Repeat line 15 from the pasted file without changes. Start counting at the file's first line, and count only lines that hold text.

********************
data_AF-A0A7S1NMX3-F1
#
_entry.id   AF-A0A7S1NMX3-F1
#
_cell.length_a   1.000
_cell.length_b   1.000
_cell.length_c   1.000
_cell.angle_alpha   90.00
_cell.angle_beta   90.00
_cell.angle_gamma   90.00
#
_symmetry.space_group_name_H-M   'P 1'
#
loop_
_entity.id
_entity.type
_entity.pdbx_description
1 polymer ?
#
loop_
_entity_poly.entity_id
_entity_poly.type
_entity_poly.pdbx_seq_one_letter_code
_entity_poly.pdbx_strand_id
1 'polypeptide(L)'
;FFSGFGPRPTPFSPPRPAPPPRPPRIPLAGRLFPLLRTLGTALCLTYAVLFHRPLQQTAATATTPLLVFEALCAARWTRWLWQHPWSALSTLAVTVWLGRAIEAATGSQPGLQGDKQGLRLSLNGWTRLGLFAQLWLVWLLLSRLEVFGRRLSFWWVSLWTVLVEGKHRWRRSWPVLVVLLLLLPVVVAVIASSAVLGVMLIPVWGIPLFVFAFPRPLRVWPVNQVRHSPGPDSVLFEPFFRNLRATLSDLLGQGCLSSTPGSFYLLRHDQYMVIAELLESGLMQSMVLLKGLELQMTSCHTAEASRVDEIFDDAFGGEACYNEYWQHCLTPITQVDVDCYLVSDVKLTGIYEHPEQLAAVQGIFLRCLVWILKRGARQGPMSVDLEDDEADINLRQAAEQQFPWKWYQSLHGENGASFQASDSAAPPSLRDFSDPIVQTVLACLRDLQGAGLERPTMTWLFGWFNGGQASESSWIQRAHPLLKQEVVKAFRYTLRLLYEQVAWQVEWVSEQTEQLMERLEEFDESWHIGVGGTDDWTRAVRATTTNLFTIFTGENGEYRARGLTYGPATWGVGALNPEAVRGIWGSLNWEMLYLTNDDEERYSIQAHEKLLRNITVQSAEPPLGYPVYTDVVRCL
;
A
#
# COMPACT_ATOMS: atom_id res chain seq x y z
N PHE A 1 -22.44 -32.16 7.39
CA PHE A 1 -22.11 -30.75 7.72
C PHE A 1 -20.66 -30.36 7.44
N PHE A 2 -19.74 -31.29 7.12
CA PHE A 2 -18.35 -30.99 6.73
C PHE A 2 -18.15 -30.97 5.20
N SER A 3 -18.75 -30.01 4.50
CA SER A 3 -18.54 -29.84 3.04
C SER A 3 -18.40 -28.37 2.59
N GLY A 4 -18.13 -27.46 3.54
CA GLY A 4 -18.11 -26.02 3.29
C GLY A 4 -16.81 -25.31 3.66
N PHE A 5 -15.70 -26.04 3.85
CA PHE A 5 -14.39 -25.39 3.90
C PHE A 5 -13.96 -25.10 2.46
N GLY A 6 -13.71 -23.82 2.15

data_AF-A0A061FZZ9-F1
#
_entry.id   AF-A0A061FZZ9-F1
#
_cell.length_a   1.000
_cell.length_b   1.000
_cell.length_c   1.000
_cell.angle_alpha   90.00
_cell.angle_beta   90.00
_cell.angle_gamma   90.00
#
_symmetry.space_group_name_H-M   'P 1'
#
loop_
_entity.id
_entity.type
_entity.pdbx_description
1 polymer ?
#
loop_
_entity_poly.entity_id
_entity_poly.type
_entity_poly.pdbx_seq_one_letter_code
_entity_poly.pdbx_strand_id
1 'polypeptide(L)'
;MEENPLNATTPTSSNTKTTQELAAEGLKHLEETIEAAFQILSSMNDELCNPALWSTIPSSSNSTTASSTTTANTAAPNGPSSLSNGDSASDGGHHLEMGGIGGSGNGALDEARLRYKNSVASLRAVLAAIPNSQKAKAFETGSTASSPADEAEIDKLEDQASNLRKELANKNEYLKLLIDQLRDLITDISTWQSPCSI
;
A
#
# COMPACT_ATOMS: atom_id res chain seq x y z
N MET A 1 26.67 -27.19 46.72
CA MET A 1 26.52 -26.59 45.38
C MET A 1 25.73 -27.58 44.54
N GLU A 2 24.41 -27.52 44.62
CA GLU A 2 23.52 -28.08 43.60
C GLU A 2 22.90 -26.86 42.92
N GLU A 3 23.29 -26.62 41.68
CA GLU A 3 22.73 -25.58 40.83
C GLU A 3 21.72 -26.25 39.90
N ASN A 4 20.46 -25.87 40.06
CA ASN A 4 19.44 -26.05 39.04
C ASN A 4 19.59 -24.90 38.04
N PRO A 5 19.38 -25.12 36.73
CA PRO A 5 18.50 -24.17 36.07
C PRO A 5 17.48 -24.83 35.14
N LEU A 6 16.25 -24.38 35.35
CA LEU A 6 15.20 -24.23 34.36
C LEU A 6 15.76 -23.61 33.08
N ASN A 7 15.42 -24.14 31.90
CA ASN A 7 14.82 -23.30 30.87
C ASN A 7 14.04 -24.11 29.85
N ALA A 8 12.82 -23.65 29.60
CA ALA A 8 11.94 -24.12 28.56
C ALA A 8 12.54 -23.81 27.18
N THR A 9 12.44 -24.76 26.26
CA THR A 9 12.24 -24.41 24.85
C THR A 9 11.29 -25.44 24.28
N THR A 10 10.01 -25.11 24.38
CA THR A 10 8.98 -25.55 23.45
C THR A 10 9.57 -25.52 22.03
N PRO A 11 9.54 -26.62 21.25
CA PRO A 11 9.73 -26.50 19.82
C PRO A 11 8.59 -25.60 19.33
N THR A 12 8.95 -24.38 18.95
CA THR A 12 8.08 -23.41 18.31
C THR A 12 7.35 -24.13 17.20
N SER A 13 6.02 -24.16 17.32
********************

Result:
_entity.id